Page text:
How to Identify and Hire for Growth Mindset
Mindset. It sounds cliché, but it’s undeniably important. If there’s one thing which is prevalent among successful people, whatever their profession or chosen niche, it’s having a growth mindset.
The arch nemesis of a growth mindset is the fixed; a fixed view of the world, of yourself and those around you. There are some key differences between the two, but they largely revolve around learning. A person with a fixed mindset believes that the traits they’re born with are essentially as good as it gets – we’re born with a certain amount of talent or skill in any given subject, and whilst we can practice in order to hone that skill, we’ll never ‘get better’ at it than the maximum innate level. On the contrary, those with a growth mindset are of the opinion that any trait can be learned, and certainly improved on, with practice, education and plain old effort.
These are the people you want to be hiring.
Besides the obvious, those with a growth mindset are beneficial in business for many reasons; they’re great problem solvers, for one. Growth mindset-ers will face down any challenges which come their way with fervour and enthusiasm. They’ll learn from their mistakes to become a more well-rounded version of themselves. Generally speaking, they’ll make a great addition to any ambitious, forward-thinking team.
There are ways to identify the two different types of mindset, and certainly some things to look out for at interview. Have a read of the points below.
Signs of a fixed mindset:
“I’m not a [insert skill here] person, but I make up for it elsewhere.” We all have things we’re better at than others, but statements like are a fundamental barrier to learning. If a line like this one comes up at interview, probe to try and understand more about it – is it something they’ve tried to improve, or have they effectively written it off and avoided the subject completely? Furthermore, what does either of these scenarios say about their mindset?
Little to no mention, or avoiding talking about, past failures. Those with a fixed mindset tend to view failures as exactly that – something to steer clear of at all costs. Conversely, those with a growth mindset understand that failure is a) inevitable and b) one of, if not the most important tool for learning. We want candidates to promote their successes, for sure, but to also be mindful of what brought them there – and failure may well have played a part in that.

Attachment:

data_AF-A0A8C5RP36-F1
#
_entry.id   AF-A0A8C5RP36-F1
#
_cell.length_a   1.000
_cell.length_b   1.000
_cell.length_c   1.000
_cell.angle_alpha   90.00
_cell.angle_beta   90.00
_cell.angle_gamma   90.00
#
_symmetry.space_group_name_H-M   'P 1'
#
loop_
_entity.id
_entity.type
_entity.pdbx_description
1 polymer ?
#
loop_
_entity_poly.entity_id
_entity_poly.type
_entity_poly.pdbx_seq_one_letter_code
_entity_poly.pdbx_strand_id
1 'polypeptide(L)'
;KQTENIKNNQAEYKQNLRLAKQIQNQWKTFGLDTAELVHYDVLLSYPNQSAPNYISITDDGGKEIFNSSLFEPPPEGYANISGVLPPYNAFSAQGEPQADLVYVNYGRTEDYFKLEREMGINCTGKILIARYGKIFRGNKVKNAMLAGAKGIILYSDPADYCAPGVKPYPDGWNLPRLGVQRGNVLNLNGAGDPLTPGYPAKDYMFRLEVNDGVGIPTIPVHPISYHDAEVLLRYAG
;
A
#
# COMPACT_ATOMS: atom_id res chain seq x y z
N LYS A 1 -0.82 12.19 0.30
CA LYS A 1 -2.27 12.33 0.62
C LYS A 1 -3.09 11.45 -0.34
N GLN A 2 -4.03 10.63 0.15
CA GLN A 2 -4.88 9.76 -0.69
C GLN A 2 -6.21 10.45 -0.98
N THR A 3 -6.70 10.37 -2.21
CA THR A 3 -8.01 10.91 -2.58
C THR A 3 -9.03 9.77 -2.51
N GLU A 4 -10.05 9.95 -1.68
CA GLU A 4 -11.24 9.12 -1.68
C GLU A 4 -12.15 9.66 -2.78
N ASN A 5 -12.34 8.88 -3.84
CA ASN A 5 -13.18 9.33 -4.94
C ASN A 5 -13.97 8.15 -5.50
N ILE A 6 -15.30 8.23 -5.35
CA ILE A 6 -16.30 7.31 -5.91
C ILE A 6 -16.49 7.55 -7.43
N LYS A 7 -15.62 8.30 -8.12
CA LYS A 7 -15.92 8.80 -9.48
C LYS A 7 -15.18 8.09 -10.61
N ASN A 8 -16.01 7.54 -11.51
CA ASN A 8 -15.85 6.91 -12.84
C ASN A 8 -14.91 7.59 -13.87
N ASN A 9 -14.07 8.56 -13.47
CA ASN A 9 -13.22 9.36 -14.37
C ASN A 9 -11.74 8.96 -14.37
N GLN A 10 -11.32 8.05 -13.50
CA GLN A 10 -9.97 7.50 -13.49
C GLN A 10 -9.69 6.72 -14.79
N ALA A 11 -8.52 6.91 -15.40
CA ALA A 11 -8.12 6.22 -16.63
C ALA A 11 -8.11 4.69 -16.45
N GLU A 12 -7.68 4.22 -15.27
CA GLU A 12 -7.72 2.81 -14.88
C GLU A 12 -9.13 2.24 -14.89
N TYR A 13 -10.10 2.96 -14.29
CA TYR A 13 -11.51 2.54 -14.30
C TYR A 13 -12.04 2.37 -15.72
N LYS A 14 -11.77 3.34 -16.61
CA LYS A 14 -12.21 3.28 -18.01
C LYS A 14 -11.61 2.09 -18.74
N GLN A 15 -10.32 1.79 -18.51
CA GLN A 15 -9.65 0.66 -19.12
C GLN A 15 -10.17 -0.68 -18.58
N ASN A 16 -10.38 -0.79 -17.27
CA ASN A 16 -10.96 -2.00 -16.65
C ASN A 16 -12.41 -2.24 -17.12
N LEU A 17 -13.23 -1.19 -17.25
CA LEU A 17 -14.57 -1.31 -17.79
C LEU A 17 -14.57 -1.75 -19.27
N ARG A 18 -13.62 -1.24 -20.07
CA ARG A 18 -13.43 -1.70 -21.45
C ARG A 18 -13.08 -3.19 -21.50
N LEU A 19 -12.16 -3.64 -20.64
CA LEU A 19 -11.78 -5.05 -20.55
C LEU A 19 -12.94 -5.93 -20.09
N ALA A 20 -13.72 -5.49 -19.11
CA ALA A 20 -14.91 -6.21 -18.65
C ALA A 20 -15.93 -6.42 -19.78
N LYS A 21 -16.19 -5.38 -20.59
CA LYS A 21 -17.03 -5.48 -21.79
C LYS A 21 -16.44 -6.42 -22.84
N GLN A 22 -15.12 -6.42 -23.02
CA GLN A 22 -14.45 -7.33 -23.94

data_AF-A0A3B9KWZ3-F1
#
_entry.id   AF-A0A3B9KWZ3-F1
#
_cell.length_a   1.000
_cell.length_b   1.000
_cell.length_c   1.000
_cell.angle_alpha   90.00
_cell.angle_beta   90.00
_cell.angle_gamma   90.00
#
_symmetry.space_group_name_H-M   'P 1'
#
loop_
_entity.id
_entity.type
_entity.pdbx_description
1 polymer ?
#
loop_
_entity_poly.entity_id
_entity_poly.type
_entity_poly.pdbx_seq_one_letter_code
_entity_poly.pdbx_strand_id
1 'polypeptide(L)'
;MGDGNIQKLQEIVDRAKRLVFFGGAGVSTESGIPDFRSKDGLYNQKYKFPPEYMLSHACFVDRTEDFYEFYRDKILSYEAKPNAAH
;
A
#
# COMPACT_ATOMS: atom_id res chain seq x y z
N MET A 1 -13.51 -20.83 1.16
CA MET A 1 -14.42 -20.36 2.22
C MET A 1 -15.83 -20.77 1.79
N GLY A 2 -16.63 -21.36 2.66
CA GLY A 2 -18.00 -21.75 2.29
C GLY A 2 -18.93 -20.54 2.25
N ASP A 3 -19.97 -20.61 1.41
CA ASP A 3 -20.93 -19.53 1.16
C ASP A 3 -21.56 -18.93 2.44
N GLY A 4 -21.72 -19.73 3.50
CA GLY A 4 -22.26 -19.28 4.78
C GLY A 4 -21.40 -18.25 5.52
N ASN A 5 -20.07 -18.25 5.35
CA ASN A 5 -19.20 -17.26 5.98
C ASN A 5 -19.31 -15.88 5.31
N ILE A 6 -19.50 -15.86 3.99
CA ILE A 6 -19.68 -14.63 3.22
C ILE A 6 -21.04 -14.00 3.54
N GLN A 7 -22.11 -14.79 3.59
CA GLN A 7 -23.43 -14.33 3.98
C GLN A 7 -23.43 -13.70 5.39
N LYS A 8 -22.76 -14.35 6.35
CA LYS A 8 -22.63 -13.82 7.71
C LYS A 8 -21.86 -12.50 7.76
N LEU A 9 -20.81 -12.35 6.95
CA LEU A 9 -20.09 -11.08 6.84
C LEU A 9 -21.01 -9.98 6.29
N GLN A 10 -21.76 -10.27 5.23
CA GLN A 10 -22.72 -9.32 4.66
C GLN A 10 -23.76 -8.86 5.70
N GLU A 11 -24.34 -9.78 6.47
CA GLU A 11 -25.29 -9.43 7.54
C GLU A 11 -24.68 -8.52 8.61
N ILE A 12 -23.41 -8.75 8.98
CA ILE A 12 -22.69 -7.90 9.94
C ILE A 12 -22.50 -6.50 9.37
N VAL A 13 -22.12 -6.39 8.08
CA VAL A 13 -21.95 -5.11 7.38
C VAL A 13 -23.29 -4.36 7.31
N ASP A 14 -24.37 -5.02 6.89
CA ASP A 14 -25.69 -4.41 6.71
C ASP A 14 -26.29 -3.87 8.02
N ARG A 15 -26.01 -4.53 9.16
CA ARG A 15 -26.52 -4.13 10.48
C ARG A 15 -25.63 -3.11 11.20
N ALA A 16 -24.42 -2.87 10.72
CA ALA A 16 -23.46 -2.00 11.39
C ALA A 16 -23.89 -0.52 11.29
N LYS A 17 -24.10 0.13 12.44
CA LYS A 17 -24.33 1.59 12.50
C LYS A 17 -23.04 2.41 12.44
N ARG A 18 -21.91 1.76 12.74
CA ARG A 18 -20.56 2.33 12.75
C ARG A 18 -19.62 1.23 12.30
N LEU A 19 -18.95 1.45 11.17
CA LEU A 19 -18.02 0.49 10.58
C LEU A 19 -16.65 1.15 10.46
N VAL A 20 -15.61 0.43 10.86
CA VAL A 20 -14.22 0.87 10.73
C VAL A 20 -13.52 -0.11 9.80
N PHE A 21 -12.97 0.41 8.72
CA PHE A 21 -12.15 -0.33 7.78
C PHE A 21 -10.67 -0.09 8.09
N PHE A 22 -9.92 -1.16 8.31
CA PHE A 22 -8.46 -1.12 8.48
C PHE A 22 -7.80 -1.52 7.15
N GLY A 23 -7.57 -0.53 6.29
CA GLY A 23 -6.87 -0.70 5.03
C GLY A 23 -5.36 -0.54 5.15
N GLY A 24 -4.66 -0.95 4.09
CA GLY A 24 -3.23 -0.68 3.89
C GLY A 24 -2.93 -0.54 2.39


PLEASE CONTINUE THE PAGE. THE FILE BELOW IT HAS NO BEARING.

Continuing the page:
Viewing the success of others as a threat – which may manifest as not coming across as a true ‘team player’. Where, on the other hand, individuals with a growth mindset will seek out mentorship and collaboration with successful figures, as a source of inspiration and learning. Ask questions around team situations and opportunities they’ve had to work alongside colleagues or managers they respect, and try to grasp whether they fit within the fixed or growth mindset based on their feelings about them.
An interesting point to remember about fixed vs growth mindsets is that it is possible, if not particularly common, for someone to have a mixture of both. When it comes to certain aspects of their life, a person could simply believe there’s no hope – for instance athleticism or maths – whilst consistently pushing themselves to grow and learn in their career or another area. Just as no two skills are the same, nor are two mindsets. It’s not our job to pigeonhole a candidate at interview stage, but to understand as much as we can and make as well-informed of a decision as possible.
Also try to remember that interviews are far from a natural situation, one in which most people feel uncomfortable. If someone’s portraying a decidedly fixed mindset-esque outlook, that’s not to say it will be so on the job.
With almost 20 years of experience in qualifying executive level candidates through thorough tactical interviewing, Certus Recruitment Group are truly able to grasp these important concepts at interview on behalf of our clients. We’re also well equipped to help you do it yourself. Get in touch with our team to discuss the ramifications of hiring growth vs fixed mindset individuals, and the incredible dividends doing so can pay for your business.